I know it's early, but the Globe has already started nominations and he's at the bottom of the bag:
"Lincoln Chafee declares bid for president; Ex-R.I. governor joins Democrats in seeking nod" by Alan Rappeport New York Times June 04, 2015
NEW YORK — He has served as a mayor, a senator, and a governor. He has been a Republican, an independent, and a Democrat. On Wednesday, Lincoln Chafee of Rhode Island added presidential candidate to the list.
During a foreign policy speech at George Mason University in Virginia, Chafee announced that he is seeking the Democratic nomination, joining Hillary Rodham Clinton, Senator Bernie Sanders of Vermont, and former governor Martin O’Malley of Maryland.
“I enjoy challenges, and today we have many facing America,” Chafee said. “Today I am formally entering the race for the Democratic nomination for president.”
Many were surprised when Chafee, 62, signaled in April that he was interested in seeking the White House. The move especially raised eyebrows in Rhode Island, where his record as governor gets mixed reviews. Facing the prospect of a primary challenge and sluggish poll numbers last year, he chose not to run for reelection.
But a quiet retirement was not in the cards.
Chafee has shown a willingness to confront Clinton, raising questions about the financial dealings of her family’s foundation and criticizing her for her support for the 2003 invasion in Iraq. A Republican at the time of the war, Chafee was the only senator from his party to vote against it.
“I think Chafee wants to have the same dialogue on foreign policy that Sanders wants to have on domestic policy,” said Scott MacKay, a political analyst for Rhode Island Public Radio. “He sees the country as becoming too militaristic and he will talk about the Iraq war vote.”
Chafee’s long résumé belies what some have deemed a disappointing record. While he received praise for his overhaul of the state’s pension system and for his education policy, he also oversaw a flagging state economy and was ensnared in high-profile controversies, such as a debate about whether Christmas trees should be called holiday trees.
“This is the most Catholic state in the country,” said Maureen Moakley, a political science professor at University of Rhode Island. “He took a beating over that.”
Moakley said many in Rhode Island saw Chafee as principled but quirky. While he can charm in small settings, she suggested, he tends to struggle when trying to communicate before the types of large audiences he will face on the national stage.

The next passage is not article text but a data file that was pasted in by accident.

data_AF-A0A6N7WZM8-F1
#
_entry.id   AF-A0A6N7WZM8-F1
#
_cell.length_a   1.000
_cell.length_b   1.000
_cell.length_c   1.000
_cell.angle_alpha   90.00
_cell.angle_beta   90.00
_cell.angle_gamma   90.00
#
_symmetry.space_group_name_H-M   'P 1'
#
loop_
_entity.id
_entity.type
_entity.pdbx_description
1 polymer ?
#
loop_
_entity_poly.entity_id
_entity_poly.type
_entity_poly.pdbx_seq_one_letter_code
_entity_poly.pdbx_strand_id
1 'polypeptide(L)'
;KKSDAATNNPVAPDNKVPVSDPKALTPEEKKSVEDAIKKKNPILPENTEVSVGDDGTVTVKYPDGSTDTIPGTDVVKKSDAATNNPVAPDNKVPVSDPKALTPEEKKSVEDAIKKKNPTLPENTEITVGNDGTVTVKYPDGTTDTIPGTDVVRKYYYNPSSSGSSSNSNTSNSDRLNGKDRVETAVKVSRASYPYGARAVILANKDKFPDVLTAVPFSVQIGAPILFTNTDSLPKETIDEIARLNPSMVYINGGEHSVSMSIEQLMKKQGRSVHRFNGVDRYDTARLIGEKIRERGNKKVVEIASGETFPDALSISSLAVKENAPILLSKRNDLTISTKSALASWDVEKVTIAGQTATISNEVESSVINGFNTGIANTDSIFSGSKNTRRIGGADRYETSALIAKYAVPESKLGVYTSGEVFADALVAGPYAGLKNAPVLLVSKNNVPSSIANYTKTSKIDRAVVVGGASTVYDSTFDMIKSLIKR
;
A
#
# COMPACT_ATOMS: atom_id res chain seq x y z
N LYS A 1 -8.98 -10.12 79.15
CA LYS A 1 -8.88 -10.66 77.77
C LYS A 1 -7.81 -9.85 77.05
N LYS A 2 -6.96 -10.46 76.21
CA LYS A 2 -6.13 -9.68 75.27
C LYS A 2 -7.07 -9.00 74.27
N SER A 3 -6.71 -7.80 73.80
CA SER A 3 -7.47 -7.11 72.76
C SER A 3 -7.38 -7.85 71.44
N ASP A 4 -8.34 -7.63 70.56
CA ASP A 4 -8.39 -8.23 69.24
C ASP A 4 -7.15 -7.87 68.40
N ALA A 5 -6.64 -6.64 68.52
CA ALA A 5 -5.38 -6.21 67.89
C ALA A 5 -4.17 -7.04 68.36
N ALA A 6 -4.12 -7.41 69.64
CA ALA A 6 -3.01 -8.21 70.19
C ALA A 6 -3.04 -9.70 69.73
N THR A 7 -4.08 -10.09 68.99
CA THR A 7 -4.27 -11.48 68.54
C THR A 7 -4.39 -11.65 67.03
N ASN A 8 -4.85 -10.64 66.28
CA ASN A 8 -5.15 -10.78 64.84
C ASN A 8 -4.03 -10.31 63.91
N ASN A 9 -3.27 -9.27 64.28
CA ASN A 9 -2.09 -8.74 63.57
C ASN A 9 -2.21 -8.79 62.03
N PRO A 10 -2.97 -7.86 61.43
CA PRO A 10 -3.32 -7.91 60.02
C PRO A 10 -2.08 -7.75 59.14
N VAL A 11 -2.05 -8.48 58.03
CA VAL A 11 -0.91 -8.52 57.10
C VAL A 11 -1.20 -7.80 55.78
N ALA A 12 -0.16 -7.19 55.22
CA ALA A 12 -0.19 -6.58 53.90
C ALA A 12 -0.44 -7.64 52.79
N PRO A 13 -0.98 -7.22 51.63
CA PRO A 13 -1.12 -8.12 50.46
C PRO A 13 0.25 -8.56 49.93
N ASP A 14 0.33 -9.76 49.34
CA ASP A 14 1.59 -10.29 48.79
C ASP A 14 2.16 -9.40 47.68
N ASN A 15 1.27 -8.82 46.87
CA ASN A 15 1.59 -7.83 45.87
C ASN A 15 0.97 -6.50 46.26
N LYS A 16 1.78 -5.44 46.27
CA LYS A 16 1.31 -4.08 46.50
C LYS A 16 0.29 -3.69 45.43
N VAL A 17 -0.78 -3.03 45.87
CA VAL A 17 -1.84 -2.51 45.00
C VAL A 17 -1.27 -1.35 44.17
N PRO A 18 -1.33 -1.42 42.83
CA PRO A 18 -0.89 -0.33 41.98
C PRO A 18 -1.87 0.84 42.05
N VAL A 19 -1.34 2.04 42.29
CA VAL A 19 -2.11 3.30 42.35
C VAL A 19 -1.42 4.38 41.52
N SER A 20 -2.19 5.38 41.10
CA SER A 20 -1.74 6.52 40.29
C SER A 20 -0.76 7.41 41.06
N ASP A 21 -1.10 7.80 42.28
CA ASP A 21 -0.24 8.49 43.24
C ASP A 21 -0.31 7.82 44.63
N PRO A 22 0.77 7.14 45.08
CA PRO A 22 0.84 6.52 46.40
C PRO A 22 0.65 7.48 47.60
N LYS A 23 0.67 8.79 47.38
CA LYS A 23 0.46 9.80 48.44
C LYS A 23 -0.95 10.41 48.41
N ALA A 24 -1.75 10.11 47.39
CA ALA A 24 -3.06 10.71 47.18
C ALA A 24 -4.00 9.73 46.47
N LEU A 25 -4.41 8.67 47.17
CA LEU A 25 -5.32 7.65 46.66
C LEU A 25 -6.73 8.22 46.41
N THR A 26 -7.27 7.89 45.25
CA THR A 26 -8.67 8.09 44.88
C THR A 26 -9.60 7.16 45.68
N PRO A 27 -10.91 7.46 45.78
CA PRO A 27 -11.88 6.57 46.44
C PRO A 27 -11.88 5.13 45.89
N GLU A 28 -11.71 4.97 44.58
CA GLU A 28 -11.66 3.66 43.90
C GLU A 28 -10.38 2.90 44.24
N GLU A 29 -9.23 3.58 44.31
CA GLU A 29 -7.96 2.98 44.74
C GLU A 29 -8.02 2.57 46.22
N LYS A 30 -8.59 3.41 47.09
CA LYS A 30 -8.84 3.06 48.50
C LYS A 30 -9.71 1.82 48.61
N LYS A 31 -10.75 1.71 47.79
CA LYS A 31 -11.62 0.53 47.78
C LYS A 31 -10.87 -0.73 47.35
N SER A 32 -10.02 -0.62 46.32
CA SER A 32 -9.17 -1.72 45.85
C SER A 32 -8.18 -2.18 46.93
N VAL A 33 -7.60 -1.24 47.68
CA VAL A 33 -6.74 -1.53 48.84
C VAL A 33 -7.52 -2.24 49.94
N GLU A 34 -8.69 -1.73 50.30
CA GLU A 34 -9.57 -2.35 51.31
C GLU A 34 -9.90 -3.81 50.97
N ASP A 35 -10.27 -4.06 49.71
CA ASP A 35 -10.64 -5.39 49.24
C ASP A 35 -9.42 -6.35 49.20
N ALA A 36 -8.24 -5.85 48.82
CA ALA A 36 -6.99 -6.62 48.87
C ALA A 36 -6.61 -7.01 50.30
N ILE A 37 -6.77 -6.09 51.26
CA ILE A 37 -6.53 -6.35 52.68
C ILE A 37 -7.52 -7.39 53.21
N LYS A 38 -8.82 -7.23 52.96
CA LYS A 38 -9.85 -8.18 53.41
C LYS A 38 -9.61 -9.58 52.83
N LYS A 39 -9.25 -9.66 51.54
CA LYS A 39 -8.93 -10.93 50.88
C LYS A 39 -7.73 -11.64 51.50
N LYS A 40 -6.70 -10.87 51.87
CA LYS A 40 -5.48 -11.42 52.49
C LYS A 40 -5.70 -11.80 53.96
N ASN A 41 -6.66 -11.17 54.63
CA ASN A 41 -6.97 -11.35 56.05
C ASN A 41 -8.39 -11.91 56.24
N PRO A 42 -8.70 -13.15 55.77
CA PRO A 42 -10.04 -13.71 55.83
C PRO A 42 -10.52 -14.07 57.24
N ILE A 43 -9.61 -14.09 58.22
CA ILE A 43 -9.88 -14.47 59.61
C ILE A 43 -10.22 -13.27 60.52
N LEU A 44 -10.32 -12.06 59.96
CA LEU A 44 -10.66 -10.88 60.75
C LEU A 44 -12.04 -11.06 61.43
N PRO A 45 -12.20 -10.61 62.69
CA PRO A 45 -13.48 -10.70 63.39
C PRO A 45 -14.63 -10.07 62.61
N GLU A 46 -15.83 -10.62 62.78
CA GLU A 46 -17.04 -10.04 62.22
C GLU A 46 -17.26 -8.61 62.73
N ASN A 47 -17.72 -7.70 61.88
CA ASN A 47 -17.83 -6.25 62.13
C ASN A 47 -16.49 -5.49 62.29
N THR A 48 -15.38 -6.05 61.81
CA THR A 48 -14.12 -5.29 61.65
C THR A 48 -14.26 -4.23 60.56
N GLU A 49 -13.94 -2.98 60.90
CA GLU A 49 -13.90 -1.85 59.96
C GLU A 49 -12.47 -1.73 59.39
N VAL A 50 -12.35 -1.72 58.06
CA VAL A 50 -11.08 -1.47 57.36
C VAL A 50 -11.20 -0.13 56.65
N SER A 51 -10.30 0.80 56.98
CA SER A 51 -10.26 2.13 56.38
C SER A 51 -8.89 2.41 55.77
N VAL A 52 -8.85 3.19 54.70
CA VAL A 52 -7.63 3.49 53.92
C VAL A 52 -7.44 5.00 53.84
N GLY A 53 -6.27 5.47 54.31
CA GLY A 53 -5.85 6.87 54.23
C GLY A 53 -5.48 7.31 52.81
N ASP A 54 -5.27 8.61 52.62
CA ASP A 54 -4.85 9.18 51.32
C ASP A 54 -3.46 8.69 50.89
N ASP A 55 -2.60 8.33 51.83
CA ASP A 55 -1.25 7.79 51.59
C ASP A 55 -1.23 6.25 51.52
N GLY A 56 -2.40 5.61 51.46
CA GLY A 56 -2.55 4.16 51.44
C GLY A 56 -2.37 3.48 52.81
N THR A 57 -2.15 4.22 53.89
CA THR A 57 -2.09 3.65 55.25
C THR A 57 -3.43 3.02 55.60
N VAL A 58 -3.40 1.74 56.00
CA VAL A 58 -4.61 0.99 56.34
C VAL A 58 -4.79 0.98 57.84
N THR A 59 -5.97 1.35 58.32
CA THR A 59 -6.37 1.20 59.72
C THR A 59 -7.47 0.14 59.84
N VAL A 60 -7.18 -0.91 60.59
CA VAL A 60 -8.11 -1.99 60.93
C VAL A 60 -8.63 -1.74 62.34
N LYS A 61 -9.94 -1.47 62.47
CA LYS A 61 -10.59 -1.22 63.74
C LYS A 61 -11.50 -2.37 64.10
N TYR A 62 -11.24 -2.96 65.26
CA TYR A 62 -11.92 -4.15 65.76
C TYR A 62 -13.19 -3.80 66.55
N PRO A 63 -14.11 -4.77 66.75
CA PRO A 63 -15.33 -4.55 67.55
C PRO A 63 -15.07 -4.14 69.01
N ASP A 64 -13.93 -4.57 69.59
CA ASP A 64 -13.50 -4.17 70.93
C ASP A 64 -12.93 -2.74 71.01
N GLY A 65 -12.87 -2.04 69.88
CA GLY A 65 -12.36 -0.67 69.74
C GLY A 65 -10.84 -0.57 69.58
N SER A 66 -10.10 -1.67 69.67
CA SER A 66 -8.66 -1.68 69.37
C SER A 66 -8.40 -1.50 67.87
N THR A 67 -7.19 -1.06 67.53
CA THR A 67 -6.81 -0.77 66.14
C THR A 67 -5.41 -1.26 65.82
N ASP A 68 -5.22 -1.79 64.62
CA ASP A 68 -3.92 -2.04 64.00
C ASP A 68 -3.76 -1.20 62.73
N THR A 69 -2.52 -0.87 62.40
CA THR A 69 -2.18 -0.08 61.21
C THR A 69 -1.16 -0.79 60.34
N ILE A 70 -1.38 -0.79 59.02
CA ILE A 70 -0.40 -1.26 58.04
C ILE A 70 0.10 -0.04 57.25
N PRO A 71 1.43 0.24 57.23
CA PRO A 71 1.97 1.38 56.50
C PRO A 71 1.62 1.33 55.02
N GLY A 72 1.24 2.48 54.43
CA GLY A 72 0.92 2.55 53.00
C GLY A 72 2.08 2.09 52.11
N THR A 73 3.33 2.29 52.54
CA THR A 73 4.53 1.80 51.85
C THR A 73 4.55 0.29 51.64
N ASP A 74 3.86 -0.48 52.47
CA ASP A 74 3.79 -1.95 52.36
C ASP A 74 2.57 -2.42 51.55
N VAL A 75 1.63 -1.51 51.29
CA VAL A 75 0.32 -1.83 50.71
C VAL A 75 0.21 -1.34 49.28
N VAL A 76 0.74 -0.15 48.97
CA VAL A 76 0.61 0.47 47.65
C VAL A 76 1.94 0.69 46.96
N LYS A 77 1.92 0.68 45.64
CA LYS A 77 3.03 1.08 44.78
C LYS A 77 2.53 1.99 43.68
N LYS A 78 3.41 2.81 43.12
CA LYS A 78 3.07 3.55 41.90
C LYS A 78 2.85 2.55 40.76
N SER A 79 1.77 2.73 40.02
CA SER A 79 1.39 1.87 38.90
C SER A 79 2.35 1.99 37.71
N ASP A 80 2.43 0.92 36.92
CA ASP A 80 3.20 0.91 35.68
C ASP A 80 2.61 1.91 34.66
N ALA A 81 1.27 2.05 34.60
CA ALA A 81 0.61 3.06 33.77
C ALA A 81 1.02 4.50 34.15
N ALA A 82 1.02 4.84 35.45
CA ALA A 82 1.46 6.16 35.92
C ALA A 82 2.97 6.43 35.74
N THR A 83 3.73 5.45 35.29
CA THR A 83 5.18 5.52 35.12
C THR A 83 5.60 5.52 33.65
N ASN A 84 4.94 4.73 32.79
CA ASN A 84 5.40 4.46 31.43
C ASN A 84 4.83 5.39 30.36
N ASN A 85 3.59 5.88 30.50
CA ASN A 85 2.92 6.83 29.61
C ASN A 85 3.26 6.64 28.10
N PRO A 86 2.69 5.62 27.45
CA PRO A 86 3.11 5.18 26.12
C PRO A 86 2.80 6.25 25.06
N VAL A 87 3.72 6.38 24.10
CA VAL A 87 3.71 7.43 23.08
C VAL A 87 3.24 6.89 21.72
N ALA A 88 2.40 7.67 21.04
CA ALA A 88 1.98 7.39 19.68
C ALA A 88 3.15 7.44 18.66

Although Chafee comes from a wealthy family, financing a challenge to Clinton will be a struggle....
What's in his wallet?
"Lincoln Chafee’s metric bid is the wrong fight" by The Editorial Board June 15, 2015
It’s hard for a Democratic presidential contender to wrest attention away from Hillary Clinton. But former Rhode Island governor Lincoln Chafee, who entered the primary race last week, managed to win some headlines with one quixotic proposal: converting the United States to the metric system.
Going metric is hardly a new cry; scientists and business leaders have long argued that the switch would help the United States stay economically competitive. In 1975, Congress passed a law to coordinate a switch — but it was voluntary, and swiftly fizzled. Chafee, too, cites economic reasons for the change, though he concedes it would carry a short-term cost. But he also claims that a switch to metric would represent a “bold embrace of internationalism,” a way to earn global respect. Myanmar and Liberia, he pointed out, are the only other countries that haven’t officially adopted a metric standard.
That may be true, but it makes for a tough political argument in a country that, not so long ago, clung to “freedom fries.” It also may be unnecessary. The metric system has, in fact, made substantial inroads here; nonscientist layfolk run 5Ks and measure centimeters on rulers. The Common Core curriculum standards, adopted by most states, call for teaching of metric units in addition to the familiar US “customary” units. And any business that deals in international trade is likely to be using metric, or suffering the consequences. The most compelling arguments for using metric alone have to do with public safety; some cite an increased danger of confusing medicine doses when both metric and standard measurements are used. But it’s easier to press for industry-specific labeling requirements than to make an entire country drop its embrace of the tablespoon or pound.
There are, in fact, more troubling ways that the United States remains an international outlier.
That's a stunning, slip-of-the-tongue(?) admission.
For instance, most other developed countries guarantee some amount of paid sick leave for workers, and the United States shares honors with Papua New Guinea as the only country not to offer paid maternity leave.
Chafee has a good track record here: In 2013, he signed a bill that made Rhode Island one of the few states to offer paid family leave to care for a newborn or a sick relative. As a Democratic primary issue, that might not set him apart from the crowd. But in a nation where most rulers are already marked with centimeters, it’s a far more important use of political capital.
The bag is now empty.